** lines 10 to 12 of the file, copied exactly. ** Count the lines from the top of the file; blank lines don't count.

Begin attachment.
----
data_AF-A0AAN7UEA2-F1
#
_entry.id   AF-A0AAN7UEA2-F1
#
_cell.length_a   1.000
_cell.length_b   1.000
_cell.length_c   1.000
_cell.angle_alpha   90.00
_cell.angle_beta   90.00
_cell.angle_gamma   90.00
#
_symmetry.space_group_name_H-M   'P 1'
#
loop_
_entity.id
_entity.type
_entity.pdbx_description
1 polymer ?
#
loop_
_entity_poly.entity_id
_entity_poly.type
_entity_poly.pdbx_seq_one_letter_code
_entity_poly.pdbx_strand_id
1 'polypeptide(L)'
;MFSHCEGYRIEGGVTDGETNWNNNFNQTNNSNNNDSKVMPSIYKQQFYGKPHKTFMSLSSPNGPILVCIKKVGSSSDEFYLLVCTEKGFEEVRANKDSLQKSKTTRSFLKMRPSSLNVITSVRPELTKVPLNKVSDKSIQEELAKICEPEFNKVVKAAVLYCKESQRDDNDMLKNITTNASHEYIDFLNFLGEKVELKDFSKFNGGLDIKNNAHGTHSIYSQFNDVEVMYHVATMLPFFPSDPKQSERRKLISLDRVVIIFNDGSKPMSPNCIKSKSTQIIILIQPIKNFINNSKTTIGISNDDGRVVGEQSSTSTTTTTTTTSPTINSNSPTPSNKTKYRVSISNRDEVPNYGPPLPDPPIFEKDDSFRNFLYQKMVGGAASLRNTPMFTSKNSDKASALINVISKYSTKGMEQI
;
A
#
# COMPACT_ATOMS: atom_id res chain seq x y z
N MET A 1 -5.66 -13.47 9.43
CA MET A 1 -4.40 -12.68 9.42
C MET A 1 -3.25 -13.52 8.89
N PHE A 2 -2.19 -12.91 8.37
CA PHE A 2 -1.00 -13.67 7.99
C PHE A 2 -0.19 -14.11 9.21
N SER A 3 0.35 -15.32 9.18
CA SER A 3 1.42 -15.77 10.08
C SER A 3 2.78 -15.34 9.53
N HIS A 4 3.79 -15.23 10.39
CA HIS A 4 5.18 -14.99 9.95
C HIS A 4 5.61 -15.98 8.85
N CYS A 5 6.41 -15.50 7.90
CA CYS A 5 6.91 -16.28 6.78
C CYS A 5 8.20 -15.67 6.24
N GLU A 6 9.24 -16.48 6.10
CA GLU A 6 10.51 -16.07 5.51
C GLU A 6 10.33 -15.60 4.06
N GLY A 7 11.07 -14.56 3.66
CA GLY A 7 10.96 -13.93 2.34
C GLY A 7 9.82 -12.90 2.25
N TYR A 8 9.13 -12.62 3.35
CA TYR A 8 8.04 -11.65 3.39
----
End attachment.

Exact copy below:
_cell.angle_gamma   90.00
#
_symmetry.space_group_name_H-M   'P 1'